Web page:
You may or may not believe this, but around three years ago I found myself in St. Cloud, driving through, supposedly, the latest, trendiest vehicle navigation invention on the planet known as a "roundabout."

You may or may not believe this, but around three years ago I found myself in St. Cloud, driving through, supposedly, the latest, trendiest vehicle navigation invention on the planet known as a "roundabout."

And while I was behind the wheel of my Avalanche in the roundabout – my first ever exposure to the present and, apparently, future answer to your typical intersection – trying not to die in bloody, fiery fashion, the song known as "Roundabout" by the psychedelic, classic prog-rock band, "Yes" started blaring out of the truck's stereo speakers as I settled the XM Radio dial on a classic rock station.

I recall specifically why I stopped hitting the "seek" button situated among the various radio controls on the steering wheel. I heard the opening acoustic guitar riff and, for probably the 500th time in my life, was fooled into thinking that the guitar was signaling the start of one of my favorite classic rock tunes, "From the Beginning" by Emerson, Lake & Palmer. A few seconds in, however, I realized I'd been duped yet again. It wasn't "From the Beginning," it was "Roundabout."
Normally, I would have immediately commenced with more rapid-fire "seek" button pressing in order to put as much distance between the song "Roundabout" and the hammers, anvils and stirrups occupying the interior of each one of my ears as soon as humanly possible.

But I didn't this particular time. But not because I deduced that I was driving through a roundabout while the song "Roundabout" was playing on the radio. No, I didn't bother scanning through more radio stations because I thought I was mere seconds from a grisly death that would be preceded by the sound of a squealing tire or two, some crunching metal and shattering glass. Not only that, I didn't know that the bizarre, circular paved thing with all the painted lines and strategically placed yield signs that I was erratically trying to navigate was even known as a "roundabout."

Don't believe me? Good for you, because I fabricated pretty much everything you just read. The true elements of the tale can be traced to the fact that, yes, it was around three years ago and, yes, I was in St. Cloud, for one of our son's spring youth hockey tournaments. But I was a passenger, not the driver, when we encountered the first of several roundabouts that weekend in the bustling city around 45 minutes north of the Twin Cities. We were in an Avalanche, though, if that restores any shred of my credibility.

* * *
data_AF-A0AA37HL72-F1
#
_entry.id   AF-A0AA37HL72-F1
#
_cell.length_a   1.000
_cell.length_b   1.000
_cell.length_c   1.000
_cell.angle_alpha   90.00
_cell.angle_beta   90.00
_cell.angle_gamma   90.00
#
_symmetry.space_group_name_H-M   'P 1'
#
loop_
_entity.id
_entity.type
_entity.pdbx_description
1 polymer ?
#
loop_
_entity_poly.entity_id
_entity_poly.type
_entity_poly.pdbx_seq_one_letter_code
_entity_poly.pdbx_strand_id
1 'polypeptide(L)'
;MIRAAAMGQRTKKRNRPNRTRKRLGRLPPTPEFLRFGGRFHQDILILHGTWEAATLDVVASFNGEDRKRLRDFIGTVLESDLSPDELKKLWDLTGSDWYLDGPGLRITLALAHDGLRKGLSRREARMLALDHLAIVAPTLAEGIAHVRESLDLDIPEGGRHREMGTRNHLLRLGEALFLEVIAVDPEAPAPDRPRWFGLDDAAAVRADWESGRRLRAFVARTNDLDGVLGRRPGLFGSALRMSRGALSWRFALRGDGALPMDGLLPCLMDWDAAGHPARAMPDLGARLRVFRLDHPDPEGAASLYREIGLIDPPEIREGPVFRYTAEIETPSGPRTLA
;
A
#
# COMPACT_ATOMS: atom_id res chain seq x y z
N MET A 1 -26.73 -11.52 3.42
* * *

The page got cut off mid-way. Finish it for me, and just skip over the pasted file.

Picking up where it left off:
So what's the big deal? Well, in case you missed it, the roundabouts are coming! The roundabouts are coming!

They're all over the Twin Cities metro area. They're in Fargo next to the primary retail, eating and entertainment corridors. And, word is, two of them will be constructed in Grand Forks next summer, one near Columbia Mall and the other near a new development on the city's south end.

Be afraid, be very afraid.

Or maybe not. All they are is a circular intersection with no traffic lights or stop signs. Drivers navigating them need only make right-hand turns whether entering or exiting the roundabout, and you need to yield to traffic coming at you from your left.

Sounds simple enough, right? It sort of is, if you're armed with the knowledge provided in the previous paragraph before you enter your first one. If you enter your first one or two in ignorant fashion, look out, because you're flirting with a ground-level version of Blitzkrieg.

Today's teens, as they work their way through driver's education on the path toward becoming legal drivers, are required to learn all about roundabouts, and it's a good thing. Their moms and dads? Well, let's just say if they encounter a roundabout and don't know into what bizarre realm they've just entered, there's about a 40 percent chance the kids will be orphans.

There should almost be something like a roadside weigh station that motorists are required to pull into a couple seconds before they encounter their inaugural roundabout. They wouldn't even have to get out of their vehicle or even put it in park, necessarily. Just roll down the window, and then some guy could yell out of the little booth, "It's all right turns! Yield to the left! The Lord bless you and keep you!"

Engineers and traffic experts insist roundabouts are safer than a typical intersection, and that motorists dig them once they grow accustomed to them. But that first time you encounter one? Better ease your mind with some peaceful lyrics from that timeless, yet overrated tune:

"In and around the lake, mountains come out of the sky and they stand there..."